Category Archives: Writing in its natural habitat

Spot the Writing Error–NFL Edition


Let’s start 2011 with an easy round of Spot the Error, courtesy of today’s sports news: What’s wrong with this article? Answer (posted 8 January 2011): It’s right there in the headline. The word they wanted was eke, not eek. … Continue reading

Posted in Word Choice, Writing in its natural habitat | Tagged , , | 2 Comments

Agatha Christie and the Case of the Messy Notebooks


How did Agatha Christie—author of more than 70 novels, more than 140 short stories, and 22 plays—manage to generate and keep track of all of the ideas that went into her works? How did she develop the characters with their … Continue reading

Posted in Creativity, Writer's toolbox, Writing in its natural habitat | Tagged , , , , , , | 2 Comments

Bad news. Bad form.


Writing well is more than just being good with words. You have to weigh factors like what your message is, what are the likely emotions that it will evoke, and who you’re delivering the message to. With those thoughts in … Continue reading

Posted in Audience, Writing in its natural habitat | Tagged , , | 1 Comment

Cutting unneeded words


Spotted this one over at Matthew Stibbe’s Bad Language blog: (Click for a larger view.) I thought this ad was clever; by using the red strike-through, the key message—“BlueMotion saves you money”—is emphasized, but readers who want to know more … Continue reading

Posted in Elsewhere on the Web, Writing in its natural habitat | Leave a comment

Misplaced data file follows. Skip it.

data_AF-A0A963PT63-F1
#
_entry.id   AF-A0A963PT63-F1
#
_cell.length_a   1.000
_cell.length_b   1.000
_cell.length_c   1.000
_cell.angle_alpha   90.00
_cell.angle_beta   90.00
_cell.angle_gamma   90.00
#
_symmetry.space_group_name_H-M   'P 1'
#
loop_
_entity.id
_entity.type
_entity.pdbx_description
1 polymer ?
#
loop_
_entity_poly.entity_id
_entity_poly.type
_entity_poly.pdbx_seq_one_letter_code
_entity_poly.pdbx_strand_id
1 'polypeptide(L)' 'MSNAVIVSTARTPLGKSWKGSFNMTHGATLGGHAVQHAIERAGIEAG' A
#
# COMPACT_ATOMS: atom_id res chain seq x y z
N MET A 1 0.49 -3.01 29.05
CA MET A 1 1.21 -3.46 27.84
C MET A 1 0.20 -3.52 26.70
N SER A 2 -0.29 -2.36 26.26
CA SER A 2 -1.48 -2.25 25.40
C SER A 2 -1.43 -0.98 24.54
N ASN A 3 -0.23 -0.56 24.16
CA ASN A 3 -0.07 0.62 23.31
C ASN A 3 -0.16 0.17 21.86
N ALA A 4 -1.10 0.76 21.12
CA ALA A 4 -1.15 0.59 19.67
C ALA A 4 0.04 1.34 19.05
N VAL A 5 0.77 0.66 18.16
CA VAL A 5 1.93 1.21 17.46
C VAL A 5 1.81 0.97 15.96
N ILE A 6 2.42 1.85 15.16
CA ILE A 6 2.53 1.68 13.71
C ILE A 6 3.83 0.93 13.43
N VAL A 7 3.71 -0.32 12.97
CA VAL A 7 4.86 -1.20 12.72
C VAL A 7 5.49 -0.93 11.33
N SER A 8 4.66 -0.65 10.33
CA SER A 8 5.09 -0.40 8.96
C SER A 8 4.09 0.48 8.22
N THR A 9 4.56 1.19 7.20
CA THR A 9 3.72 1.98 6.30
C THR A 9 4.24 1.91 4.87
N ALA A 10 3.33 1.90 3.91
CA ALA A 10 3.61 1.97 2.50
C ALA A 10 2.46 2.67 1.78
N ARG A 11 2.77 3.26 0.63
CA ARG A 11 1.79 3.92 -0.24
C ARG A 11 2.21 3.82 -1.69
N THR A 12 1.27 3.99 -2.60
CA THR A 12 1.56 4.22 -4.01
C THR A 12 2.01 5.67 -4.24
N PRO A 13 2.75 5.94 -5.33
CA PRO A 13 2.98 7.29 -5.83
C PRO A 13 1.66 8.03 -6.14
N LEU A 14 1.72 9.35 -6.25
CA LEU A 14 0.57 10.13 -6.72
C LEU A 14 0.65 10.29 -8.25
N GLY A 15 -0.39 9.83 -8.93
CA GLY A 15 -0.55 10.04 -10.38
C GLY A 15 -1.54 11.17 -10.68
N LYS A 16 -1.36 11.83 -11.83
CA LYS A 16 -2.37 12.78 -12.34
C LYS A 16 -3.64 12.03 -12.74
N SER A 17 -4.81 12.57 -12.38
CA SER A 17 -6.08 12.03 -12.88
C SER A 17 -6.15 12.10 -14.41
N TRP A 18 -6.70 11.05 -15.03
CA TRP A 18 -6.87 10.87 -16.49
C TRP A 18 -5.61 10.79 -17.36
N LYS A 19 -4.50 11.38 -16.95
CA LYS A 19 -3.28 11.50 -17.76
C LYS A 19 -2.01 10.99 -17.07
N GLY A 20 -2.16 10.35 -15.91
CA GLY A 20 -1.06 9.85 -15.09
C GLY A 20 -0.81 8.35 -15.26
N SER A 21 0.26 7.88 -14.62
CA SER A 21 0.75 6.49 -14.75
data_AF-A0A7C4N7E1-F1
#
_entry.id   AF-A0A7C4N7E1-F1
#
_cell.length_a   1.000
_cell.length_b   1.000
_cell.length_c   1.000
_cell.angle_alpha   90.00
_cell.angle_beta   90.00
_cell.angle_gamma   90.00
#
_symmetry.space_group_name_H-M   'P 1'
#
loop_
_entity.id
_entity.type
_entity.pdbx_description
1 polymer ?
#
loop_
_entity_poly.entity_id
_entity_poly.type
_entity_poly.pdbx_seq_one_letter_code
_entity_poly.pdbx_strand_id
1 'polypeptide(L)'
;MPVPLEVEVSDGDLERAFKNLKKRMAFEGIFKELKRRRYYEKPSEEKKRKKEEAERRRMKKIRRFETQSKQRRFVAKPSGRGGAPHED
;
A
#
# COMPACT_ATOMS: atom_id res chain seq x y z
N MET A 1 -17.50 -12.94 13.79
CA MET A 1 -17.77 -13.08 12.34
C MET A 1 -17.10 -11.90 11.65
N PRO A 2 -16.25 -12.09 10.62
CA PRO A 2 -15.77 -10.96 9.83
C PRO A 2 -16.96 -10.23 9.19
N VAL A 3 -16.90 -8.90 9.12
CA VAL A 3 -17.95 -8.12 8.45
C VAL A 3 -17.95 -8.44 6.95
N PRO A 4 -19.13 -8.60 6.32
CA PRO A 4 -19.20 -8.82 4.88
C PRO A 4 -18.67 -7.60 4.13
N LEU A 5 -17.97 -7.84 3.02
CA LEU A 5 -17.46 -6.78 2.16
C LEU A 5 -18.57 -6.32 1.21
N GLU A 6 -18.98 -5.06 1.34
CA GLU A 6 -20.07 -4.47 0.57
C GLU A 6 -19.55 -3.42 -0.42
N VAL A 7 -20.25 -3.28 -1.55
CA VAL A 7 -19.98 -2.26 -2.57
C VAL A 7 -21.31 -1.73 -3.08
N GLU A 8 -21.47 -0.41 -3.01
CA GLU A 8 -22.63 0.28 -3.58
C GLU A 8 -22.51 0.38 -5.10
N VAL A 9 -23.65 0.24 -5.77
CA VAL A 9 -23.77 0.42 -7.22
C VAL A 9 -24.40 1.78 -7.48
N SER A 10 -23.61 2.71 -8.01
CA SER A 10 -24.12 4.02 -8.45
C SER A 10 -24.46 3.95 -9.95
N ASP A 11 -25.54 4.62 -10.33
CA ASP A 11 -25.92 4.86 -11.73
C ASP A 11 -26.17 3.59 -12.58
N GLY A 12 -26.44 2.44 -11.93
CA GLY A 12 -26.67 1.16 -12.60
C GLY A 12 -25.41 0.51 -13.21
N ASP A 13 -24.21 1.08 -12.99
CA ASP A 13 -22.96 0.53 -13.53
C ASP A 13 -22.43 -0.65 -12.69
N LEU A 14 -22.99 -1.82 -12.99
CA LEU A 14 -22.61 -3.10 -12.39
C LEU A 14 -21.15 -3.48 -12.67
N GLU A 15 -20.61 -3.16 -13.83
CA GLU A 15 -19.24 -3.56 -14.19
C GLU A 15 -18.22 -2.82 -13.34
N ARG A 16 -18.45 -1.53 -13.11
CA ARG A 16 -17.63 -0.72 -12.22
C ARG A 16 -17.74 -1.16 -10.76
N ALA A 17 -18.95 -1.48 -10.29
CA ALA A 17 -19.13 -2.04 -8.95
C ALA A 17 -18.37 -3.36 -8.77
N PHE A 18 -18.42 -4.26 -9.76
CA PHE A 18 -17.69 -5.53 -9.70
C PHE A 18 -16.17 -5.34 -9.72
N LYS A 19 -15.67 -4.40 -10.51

“Personal pet peeve”


I encountered another pleonasm—that is, the use of more words than needed to express an idea—the other day while listening to a podcast: “…my personal pet peeve…” A pet peeve is, by definition, personal; there is no other kind of … Continue reading

Posted in pleonasms, Word Choice, Writing in its natural habitat | 3 Comments

Is bad writing actually good for something?


Can bad writing actually be good for something? How about some laughs? The Feminist Law Professors blog has collected some of the best examples of writing that doesn’t quite say what the author intended: the Annals of Bad Writing.

Posted in Humor, Writing in its natural habitat | 2 Comments

UPDATED! In class exercise: What’s wrong here?


Yesterday, my wife and I received the following letter from a company that manages some of our investments: Dear Shareholder:The Securities and Exchange Commission (SEC) is responsible for the oversight of financial services companies acting as broker-dealers to ensure investment … Continue reading

Posted in Writing in its natural habitat | 3 Comments

Beware of metaphor overload


I’ve written before about using metaphors to help make abstract concepts easier for readers to grasp. However, you have to be careful not to overload your writing with metaphors, as The Wall Street Journal’s online editorial page illustrates with a … Continue reading

Posted in Writing in its natural habitat | Leave a comment

Simplify, simplify, simplify!


“Everything should be made as simple as possible, but not simpler.” —Albert Einstein My middle daughter is on the school swim team, and one of the many handouts we get is a “Student & Parent Handbook.” And every year that … Continue reading

Posted in Writing in its natural habitat | 5 Comments

Are you writing static or active text?


Lee LeFever of Common Craft has an interesting blog post about social media sites like Facebook and Twitter, and has borrowed some ideas from the systems dynamics field to evaluate them. I can’t help but think about the whole idea … Continue reading

Posted in Writing in its natural habitat | 2 Comments